The paper draws on a variety of literature and the authors' opinions to present the case in favour of Enlightenment values.

Findings

The paper finds that the USA is perhaps the most faithful political expression of the eighteenth century Enlightenment whose values have since been assimilated throughout the world. Enlightenment values are not beyond criticism, but that does not justify uninformed anti‐American attitudes.

Originality/value

The paper provides a counter‐balance to Slaughter's essay by arguing for a reasoned debate on the issues.

Details

Foresight, vol. 10 no. 4
Type: Research Article
ISSN: 1463-6689

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Article
Publication date: 30 October 2018

Richard A Slaughter

Abstract

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foresight, vol. 20 no. 4
Type: Research Article
ISSN: 1463-6689

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Article
Publication date: 28 August 2009

Richard Slaughter and Chris Riedy

This paper draws on research undertaken for the State of Play in the Futures Field (SoPiFF) project and aims to explore the contribution of futures work to understanding

Abstract

Purpose

This paper draws on research undertaken for the State of Play in the Futures Field (SoPiFF) project and aims to explore the contribution of futures work to understanding and resolving aspects of the global problematique and to examine the social interests evident in futures work.

Design/methodology/approach

The project used an integral meta‐scanning framework to review publicly available futures material. The framework categorizes futures work according to organizational type, social interests, methods, domains and geographic location (details of the methodology are outlined in the accompanying introductory paper as well as on the web site created for the project).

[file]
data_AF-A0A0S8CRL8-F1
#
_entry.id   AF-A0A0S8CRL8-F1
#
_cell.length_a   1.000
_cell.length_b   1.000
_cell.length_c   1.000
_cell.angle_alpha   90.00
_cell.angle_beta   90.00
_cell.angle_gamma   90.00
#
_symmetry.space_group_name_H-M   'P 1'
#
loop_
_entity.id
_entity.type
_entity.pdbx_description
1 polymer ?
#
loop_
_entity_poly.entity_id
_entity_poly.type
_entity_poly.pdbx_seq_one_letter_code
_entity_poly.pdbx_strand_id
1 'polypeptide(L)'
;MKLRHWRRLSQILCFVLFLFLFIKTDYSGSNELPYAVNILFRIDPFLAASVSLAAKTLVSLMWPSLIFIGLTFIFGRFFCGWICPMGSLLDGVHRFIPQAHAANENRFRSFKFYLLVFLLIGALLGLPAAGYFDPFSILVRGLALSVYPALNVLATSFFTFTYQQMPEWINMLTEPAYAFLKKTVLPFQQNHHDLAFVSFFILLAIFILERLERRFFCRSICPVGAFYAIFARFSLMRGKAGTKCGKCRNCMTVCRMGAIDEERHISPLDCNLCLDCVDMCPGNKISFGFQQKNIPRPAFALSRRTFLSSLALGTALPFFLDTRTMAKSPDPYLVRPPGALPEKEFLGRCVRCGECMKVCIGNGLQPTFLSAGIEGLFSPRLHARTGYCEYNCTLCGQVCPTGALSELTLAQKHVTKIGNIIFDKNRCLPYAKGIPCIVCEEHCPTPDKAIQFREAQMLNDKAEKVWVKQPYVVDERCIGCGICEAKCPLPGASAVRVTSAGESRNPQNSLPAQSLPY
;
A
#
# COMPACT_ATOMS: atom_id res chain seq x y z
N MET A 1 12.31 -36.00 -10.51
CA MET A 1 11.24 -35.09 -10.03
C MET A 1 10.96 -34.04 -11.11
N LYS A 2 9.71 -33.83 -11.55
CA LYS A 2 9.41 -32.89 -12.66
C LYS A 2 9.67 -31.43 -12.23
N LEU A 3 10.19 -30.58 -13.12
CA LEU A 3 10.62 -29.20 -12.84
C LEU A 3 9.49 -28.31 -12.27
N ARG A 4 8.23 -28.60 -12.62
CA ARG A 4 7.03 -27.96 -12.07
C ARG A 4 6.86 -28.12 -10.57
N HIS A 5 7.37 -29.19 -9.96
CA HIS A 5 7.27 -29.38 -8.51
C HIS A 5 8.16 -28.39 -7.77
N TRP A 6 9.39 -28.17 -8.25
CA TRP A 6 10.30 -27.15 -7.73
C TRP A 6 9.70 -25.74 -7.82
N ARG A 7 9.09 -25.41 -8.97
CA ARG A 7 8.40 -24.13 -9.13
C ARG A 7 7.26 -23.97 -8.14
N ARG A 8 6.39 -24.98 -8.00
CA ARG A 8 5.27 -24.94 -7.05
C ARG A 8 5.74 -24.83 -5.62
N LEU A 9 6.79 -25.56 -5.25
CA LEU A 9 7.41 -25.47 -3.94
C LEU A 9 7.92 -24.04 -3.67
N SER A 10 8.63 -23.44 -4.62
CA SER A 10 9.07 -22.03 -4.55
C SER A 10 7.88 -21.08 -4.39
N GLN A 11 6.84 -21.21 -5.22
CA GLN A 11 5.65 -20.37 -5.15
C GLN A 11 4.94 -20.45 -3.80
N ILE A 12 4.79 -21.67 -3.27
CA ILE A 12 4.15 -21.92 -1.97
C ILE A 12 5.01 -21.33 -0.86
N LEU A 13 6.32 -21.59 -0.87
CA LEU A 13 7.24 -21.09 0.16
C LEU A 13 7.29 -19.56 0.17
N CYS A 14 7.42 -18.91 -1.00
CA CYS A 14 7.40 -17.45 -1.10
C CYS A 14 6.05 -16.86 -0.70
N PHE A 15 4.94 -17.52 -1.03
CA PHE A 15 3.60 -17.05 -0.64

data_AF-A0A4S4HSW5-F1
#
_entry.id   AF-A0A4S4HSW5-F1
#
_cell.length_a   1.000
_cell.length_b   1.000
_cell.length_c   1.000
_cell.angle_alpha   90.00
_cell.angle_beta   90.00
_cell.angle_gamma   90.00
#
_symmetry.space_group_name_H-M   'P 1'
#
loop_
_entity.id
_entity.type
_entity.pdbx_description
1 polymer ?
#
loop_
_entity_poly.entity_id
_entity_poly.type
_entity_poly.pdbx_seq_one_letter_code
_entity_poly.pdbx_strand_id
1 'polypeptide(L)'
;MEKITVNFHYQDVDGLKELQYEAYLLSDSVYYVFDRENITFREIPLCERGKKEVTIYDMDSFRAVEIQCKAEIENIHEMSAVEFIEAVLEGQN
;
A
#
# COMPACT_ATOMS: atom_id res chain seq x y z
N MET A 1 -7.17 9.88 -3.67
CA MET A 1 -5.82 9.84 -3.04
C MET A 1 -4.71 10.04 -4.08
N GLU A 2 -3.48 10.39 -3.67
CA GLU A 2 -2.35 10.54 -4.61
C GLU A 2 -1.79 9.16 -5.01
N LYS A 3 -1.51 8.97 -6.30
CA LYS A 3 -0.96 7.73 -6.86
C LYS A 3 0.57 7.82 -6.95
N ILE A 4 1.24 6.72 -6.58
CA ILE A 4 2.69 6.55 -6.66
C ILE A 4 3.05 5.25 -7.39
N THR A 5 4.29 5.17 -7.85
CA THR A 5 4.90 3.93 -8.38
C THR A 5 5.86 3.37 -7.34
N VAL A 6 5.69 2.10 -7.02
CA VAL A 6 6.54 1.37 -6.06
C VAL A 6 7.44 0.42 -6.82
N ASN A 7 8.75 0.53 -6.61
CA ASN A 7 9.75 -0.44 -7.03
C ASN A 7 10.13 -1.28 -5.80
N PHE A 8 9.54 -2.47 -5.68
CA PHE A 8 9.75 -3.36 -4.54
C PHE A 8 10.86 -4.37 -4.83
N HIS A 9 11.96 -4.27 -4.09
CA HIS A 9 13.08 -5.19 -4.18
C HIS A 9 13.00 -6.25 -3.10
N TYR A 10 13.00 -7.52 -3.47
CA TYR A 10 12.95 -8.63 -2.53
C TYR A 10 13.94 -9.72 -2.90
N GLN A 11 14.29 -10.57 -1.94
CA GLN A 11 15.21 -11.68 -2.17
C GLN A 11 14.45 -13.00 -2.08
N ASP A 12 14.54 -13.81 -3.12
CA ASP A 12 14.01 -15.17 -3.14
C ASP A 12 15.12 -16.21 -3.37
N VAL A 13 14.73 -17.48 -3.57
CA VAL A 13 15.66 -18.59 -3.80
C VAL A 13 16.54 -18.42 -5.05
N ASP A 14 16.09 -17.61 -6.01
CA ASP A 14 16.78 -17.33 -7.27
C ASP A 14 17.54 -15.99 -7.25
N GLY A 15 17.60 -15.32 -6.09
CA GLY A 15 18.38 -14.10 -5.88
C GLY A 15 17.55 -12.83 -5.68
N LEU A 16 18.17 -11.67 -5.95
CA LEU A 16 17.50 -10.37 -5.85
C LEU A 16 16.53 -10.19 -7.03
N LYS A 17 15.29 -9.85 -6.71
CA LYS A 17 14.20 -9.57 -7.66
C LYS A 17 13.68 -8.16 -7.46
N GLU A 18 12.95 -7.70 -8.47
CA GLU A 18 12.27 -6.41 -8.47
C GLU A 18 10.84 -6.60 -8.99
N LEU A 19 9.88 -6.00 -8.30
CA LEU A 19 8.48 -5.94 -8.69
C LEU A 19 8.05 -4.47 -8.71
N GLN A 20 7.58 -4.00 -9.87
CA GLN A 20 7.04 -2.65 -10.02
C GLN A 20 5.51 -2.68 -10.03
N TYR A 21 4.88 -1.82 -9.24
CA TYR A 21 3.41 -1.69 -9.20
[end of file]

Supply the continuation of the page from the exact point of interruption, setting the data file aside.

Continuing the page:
Findings

The futures field has made a series of significant contributions to understanding the global problematique and has contributed to the pre‐conditions for its resolution. However, the bulk of mainstream futures work does little to improve the preparedness of humanity for looming future crises. More innovative futures work remains marginalized and largely ignored by the powerful and the wider public. There is a strong case for more effective political engagement than has occurred hitherto.

Research limitations/implications

Further research is needed on shared definitions for the field, interactions with the media, public and other fields of enquiry and action, measurement of individual foresight capacity, strategies for achieving influence – particularly in the political sphere, the role of subcultures within the futures field and suitable publishing strategies.

Practical implications

The paper recommends specific actions to promote and publicize good work, provide annual digests of futures‐related information, develop and use focused briefings, provide support for “cutting‐edge” futures work, further develop advanced futures methods, create new alliances, build the social capacity for foresight and strengthen the nexus between foresight and philanthropy.

Originality/value

The paper uses an integral meta‐scanning framework to provide a novel analysis of the futures field. The findings will be of value to all futures and foresight practitioners that are interested in the future success of the field.

Details

Foresight, vol. 11 no. 5
Type: Research Article
ISSN: 1463-6689

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Article
Publication date: 10 November 2014

Richard A. Slaughter